Puerto Rico Debt Measure Pressed by Democrats, Citing Zika

  • Island vulnerable to mosquito-borne ailment, lawmakers say
  • Health-care cuts seen creating a potentially dire outcome

A Puerto Rican flag is seen painted on the doorway of an abandoned building in San Juan, Puerto Rico, on May 1, 2016.

Photographer: Erika P. Rodriguez/Bloomberg

House Democrats are stepping up pressure on Republicans to advance legislation addressing Puerto Rico’s worsening debt crisis by issuing a report arguing that austerity cuts can’t be sustained and have made the island more vulnerable to the mosquito-borne Zika virus.

Health-care cuts in response to the $70 billion debt crisis have created a potentially “disastrous” outcome for residents and show how further sharp reductions in government spending can’t be a part of a legislative solution, according to the report released Wednesday by Democrats on the House Natural Resources Committee.

"We have heard from opponents of legislation to restructure some of Puerto Rico’s debt that the real solution is for the Commonwealth to just cut spending even more deeply," Representative Raul Grijalva of Arizona, the top Democrat on the Natural Resources panel, said in a statement. "This report demonstrates that calls for more cuts, while they might be easy to make, are actually irresponsible and dangerous."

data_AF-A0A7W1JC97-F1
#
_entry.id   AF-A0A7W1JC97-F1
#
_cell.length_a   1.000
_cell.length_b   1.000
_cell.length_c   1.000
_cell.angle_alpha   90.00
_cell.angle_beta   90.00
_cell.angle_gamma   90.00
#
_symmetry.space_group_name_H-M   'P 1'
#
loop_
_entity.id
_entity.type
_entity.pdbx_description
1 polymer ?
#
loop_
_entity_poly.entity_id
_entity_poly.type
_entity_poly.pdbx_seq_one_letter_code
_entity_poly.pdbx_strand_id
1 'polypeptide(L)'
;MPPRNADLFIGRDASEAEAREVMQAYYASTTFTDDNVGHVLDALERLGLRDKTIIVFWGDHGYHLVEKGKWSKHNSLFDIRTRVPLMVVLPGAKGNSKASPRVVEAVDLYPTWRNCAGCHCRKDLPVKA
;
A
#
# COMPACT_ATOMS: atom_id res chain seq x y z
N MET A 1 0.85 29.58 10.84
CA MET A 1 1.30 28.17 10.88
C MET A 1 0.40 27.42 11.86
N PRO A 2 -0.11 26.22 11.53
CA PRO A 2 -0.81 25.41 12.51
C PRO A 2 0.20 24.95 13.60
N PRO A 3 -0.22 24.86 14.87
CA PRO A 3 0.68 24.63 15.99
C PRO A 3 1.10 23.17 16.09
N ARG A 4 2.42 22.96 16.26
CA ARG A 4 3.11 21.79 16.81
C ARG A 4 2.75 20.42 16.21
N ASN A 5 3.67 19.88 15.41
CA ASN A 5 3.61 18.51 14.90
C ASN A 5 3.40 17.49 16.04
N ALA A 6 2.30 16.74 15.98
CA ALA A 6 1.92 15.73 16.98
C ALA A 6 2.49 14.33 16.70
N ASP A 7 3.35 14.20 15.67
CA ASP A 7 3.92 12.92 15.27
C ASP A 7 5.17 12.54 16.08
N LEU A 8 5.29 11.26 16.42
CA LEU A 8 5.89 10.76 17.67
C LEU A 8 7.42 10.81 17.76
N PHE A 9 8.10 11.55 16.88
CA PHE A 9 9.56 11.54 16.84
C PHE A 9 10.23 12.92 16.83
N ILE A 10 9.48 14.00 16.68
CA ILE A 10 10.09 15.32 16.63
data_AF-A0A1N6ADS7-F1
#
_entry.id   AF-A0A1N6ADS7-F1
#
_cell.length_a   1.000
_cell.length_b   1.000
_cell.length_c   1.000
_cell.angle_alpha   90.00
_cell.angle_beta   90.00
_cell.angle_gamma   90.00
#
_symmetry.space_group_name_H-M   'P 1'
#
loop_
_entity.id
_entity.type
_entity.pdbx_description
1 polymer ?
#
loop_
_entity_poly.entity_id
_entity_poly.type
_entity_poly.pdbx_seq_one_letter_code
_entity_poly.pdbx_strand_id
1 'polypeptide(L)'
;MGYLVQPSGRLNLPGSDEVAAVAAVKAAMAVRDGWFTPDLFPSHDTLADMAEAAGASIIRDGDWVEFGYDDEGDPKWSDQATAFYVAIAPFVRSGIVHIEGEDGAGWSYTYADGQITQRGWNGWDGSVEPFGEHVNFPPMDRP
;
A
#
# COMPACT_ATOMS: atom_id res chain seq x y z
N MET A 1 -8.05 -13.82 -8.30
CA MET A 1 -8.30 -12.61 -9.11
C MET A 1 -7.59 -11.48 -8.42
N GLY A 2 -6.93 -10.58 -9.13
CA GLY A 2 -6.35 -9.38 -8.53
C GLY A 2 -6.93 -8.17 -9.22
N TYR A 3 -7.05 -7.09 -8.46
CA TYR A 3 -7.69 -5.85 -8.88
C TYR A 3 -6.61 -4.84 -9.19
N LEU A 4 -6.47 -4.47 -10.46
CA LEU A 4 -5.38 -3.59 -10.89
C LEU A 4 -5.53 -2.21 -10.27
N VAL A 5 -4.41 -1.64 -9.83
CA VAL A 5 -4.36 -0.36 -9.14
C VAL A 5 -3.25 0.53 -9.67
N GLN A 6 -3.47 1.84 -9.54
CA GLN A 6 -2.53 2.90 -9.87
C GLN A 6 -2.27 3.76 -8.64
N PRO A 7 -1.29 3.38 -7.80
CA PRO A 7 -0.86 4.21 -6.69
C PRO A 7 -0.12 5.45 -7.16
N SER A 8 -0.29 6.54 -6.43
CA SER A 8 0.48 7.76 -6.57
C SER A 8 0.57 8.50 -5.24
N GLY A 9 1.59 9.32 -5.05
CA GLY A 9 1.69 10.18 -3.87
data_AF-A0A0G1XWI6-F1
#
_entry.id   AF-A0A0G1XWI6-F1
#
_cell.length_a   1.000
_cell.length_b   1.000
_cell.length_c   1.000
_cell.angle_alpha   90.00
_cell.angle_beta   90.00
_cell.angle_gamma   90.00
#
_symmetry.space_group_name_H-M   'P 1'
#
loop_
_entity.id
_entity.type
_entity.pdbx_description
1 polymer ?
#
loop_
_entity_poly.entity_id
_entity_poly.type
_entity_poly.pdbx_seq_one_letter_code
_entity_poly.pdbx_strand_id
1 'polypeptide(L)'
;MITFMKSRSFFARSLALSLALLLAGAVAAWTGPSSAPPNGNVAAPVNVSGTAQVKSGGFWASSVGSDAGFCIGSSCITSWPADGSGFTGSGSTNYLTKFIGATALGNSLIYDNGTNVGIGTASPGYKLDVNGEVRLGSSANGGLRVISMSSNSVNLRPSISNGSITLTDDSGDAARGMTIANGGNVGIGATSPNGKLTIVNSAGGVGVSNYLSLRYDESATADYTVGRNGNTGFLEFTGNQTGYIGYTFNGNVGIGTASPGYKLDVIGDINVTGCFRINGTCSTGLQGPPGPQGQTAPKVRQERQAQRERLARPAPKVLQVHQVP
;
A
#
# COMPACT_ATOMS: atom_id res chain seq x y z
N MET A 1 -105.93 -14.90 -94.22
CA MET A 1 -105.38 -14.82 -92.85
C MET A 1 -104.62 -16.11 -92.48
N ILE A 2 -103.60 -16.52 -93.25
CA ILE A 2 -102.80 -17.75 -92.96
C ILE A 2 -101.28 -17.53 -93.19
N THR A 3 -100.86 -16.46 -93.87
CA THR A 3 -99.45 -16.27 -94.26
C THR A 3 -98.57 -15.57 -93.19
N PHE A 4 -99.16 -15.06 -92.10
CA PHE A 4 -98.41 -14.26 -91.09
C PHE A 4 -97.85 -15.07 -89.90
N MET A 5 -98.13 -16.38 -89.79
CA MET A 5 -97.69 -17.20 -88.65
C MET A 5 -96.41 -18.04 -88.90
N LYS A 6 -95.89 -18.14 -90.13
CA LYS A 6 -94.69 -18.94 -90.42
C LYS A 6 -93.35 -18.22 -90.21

Puerto Rico has been particularly hard hit by the virus, and the rainy season that started last month is creating a breeding ground for mosquitoes -- and more health-care demands. The disease can result in birth defects and miscarriages.

The Obama administration is calling for urgent action after Puerto Rico didn’t make most of a $422 million debt payment Monday, the biggest default so far in the U.S. territory’s intensifying debt crunch. Bigger problems are just around the corner. Congress has a handful of weeks to hammer out a legislative fix ahead of a second default on a $2 billion debt payment due on July 1.

“As Congress considers legislation to help Puerto Rico emerge from this humanitarian crisis, further austerity measures must be off the table,” according to the report. “A robust public health infrastructure and health care system are essential in fighting threats like Zika and recovering the economy.”

The report comes as lawmakers on the Republican-led panel are still trying to negotiate a new version of legislation, H.R. 4900, that would establish a federal oversight board to help manage the island and supervise a debt restructuring. 

Bipartisan Objections

The first versions of the bill ran into objections from Republicans, as well as Democrats and U.S. Treasury officials. Republicans have worried about elements that resemble bankruptcy protection, as well as provisions they say could allow an outside authority to prioritize repayment of debt-holders.

Democrats have said the control board is being granted too much authority and could infringe on Puerto Rico’s sovereignty. The new report from Natural Resources Democrats suggests that such a board would be likely to impose stiff budget cuts on Puerto Rico, which has a population of 3.5 million.